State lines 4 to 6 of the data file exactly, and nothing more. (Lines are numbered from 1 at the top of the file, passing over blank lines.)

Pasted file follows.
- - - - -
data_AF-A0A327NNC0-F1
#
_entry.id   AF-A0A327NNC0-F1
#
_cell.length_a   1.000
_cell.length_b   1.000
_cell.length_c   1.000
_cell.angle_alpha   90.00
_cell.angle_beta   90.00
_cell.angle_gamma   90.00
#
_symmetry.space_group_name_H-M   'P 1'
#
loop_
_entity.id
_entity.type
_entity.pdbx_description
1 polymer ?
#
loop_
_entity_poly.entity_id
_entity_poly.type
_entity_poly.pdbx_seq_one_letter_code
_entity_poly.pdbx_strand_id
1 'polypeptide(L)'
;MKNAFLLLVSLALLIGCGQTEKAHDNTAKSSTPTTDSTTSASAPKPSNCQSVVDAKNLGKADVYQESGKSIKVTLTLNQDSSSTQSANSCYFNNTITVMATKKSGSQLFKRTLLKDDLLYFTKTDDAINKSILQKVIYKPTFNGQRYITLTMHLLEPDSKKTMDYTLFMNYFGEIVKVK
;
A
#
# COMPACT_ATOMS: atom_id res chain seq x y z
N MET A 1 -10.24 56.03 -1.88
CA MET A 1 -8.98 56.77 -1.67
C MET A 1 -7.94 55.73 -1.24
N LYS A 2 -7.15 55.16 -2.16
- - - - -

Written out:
#
_cell.length_a   1.000
_cell.length_b   1.000